All are invited to the CEDAR/MRC Epidemiology Seminar:
The consumption of sugar is about more than its intrinsic sweetness. To explain why it is ingested in dangerously high quantities, we need to appreciate its appeal to the businesses that supply and shape our collective diets. Whether suspending shelf-life, modifying meal times or encouraging over-eating, the properties of sucrose have been extremely useful in helping industrial food manufacturers subvert the natural and cultural rules governing what can be eaten, when, and in what quantities. This has been underpinned by supportive state policy governing sugar production and trade, and light-touch consumer protection. However, as the proposed soft drinks levy and post-Brexit agricultural reforms suggest, this political settlement is not beyond challenge.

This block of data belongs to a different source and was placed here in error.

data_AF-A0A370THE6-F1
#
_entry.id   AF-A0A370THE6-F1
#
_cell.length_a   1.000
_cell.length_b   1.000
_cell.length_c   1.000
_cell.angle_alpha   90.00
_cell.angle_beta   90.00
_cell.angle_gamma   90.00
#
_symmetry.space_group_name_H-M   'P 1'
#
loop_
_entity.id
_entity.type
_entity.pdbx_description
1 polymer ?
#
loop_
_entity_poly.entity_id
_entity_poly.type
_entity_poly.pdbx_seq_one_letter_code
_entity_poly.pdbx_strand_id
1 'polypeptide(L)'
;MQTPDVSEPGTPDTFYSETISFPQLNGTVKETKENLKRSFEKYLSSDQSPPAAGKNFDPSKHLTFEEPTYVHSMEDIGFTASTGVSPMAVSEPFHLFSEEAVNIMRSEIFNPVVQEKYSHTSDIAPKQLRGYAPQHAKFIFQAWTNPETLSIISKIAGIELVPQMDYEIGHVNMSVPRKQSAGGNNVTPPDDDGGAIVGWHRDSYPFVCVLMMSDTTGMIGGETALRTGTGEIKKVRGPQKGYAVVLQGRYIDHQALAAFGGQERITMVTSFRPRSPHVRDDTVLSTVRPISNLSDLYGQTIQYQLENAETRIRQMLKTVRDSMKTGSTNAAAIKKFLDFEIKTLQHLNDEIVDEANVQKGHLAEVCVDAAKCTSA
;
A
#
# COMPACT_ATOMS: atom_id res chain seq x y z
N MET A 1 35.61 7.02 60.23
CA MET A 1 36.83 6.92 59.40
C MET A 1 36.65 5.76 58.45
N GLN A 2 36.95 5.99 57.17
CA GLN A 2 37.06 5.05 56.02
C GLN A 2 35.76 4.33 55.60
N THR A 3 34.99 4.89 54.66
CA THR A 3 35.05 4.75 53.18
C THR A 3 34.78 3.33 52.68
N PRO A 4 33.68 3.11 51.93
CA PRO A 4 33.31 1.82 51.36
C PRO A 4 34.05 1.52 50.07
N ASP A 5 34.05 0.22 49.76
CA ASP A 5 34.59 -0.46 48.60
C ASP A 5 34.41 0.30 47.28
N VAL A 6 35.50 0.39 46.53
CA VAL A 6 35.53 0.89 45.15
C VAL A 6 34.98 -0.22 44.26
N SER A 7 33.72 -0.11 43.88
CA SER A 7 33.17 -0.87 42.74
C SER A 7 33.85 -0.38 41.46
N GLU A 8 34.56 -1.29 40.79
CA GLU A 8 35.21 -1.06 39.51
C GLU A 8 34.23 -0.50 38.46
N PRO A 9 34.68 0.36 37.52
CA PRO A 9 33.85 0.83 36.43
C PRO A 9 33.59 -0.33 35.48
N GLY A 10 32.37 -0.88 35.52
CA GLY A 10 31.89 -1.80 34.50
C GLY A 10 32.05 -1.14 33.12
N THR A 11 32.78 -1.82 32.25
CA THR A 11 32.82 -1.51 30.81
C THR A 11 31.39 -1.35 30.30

Dr Richardson is Associate Professor in the Department of Politics and International Studies at the University of Warwick. His research is focused on the political economy of food and agriculture. He is the author of Sugar (2015, Polity) which examines the global politics of this commodity, as well as articles on hunger, farming, and international trade policy.
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